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The "Special Elements" Lesson is part of the full, Svelte Fundamentals course featured in this preview video. Here's what you'd learn in this lesson:

Rich walks through a variety of Svelte's built-in elements, including self, component, element, window, body, document, head, options, and fragment. Binding to properties of window is also demonstrated in this segment.

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Transcript from the "Special Elements" Lesson

[00:00:00]
>> We're coming to the end of part two of the tutorial. This section is a little bit of a mishmash, we've got a bunch of different special elements that Svelte provides to your components. And they don't really have anything in common with each other, other than the fact that they belong to the Svelte namespace.

[00:00:18] So the first of these is Svelte self, and that is something that allows a component to reference itself recursively. And it's useful things like this folder tree view, where a folder can contain another folder. So inside our folder.svelte component. We would wanna be able to do something like this, where we have the file here, we'd like to be able to add a folder that references the same component, but that's impossible because a module can't import itself.

[00:00:50] So instead, we use svelte:self here. And now, the folder is containing other folders. And we can do that to an arbitrary depth. An interesting fact about this is that, if you try and do this at the top level of a component, it will yell at you, because that would cause an infinite loop.

[00:01:20] But it's smart enough to know that that is not a thing that you should be doing. Now, a component can change its type altogether with the Svelte component element. In this exercise, we wanna show RedThing.svelte, if the value of the selected color is red. And we wanna show a green thing if it's green.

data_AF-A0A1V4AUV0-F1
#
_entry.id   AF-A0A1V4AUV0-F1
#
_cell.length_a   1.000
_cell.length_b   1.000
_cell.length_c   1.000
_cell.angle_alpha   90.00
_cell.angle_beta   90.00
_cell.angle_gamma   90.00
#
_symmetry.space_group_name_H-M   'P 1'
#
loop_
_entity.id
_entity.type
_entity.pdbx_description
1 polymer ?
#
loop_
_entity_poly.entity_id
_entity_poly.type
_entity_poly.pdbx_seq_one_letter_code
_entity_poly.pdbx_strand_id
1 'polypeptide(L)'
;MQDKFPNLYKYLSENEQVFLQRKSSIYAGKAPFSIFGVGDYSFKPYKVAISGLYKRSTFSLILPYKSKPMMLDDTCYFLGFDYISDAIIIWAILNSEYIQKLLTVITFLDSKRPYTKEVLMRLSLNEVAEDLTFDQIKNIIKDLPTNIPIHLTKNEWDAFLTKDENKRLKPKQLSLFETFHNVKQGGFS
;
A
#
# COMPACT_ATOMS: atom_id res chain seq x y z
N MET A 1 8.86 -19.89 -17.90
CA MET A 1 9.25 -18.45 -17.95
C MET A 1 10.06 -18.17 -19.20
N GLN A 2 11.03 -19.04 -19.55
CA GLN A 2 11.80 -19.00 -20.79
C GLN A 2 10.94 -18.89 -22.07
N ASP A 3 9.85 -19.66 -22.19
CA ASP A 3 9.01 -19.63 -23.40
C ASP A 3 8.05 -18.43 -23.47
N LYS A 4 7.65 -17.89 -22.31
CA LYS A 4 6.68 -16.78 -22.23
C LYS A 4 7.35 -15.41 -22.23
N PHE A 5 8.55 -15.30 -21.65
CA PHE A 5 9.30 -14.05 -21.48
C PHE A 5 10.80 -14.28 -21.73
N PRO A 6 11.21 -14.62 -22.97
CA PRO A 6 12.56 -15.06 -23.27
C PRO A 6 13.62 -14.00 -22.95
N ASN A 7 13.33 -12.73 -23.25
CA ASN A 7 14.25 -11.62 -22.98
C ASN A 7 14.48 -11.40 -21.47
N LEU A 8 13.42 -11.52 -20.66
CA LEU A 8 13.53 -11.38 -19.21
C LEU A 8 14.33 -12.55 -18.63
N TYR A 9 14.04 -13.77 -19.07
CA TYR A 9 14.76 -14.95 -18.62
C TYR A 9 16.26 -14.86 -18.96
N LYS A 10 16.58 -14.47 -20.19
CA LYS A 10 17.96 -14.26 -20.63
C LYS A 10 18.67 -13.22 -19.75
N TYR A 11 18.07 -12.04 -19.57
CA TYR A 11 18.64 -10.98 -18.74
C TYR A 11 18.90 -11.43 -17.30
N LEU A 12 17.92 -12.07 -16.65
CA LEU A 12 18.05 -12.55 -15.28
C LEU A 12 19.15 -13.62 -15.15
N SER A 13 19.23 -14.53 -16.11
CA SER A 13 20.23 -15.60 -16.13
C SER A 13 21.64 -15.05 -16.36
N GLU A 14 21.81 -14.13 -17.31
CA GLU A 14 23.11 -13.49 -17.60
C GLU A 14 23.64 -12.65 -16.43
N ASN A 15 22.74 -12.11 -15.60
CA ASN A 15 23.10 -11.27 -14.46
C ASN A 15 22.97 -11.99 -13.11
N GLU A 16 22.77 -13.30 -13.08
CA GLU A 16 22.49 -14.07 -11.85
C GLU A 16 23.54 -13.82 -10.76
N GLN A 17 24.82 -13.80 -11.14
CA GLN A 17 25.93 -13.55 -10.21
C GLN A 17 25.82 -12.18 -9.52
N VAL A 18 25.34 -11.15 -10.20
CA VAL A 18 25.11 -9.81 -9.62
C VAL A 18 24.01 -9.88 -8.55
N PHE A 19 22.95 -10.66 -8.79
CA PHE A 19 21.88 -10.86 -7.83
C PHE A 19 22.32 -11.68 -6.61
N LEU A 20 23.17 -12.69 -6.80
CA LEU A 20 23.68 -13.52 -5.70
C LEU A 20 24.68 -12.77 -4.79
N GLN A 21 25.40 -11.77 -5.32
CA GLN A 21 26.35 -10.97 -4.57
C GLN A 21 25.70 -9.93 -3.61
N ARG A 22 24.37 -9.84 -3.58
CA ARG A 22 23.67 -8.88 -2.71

[00:01:46] And we wanna show blue thing if it's blue, and so on. Now, we could do this with a sequence of, if blocks inside of App.svelte, like we started doing here. And then, if we select a different color, it would show the green thing and the blue thing. But that's a lot of code to have to write, it's more convenient to make that data driven.

[00:02:06] So we'll create a single dynamic component, get rid of that entire block. Add svelte:component. And then the attribute is called "this". I'm gonna pass in the selected component. So you see up here that the value that is getting passed in is actually the constructor of the component.

[00:02:32] And now, when we change the value of that via the select, we're rendering a different component. And we can do the same thing with elements, right? In the same way, we could have, if selected = h1, we'll have a block of h1 content, if selected = h2, and so on.

[00:02:57] But that's just no fun, instead, get rid of all of that, and use svelte:element. And put some content inside. I'm a less than selected, greater than, I would like, so and then now, if we change to one of the other options, It recreates the DOM automatically And so, the value of "this" can be any string or it can be a falsy value, in which case no element will be rendered at all.

[00:03:49] We've already seen how you can add event listeners to DOM elements. We can also add event listeners to the window object using the special Svelte window element. In this exercise, whenever we focus the window and press a key, we would like to show what key was pressed. We're gonna assign these key and key code values, and then we're gonna show that inside the app.

[00:04:32] All right, and this is just a more convenient way of using window.addEventListener. It will automatically remove event listeners when this component is unmounted. And just like with DOM elements, you can use event modifiers like preventDefault. As well as adding events to Svelte window, we can bind to certain properties of it.

[00:04:55] So here we've got a nice little piece of artwork generated by Midjourney. And we would like to bind the current scroll position to this y value. And we can do that very easily bind scroll y = y. And now when we scroll, it's reflected. Again, it's given as fractional values because my site is zoomed in.

[00:05:24] So just change that and it updates smoothly. And that's a bidirectional binding. If you change the value of y, it will also update the scroll position. So there are a few different properties that you can bind to, width, height, scroll, and also the online binding, which is an alias for window.navigator.online.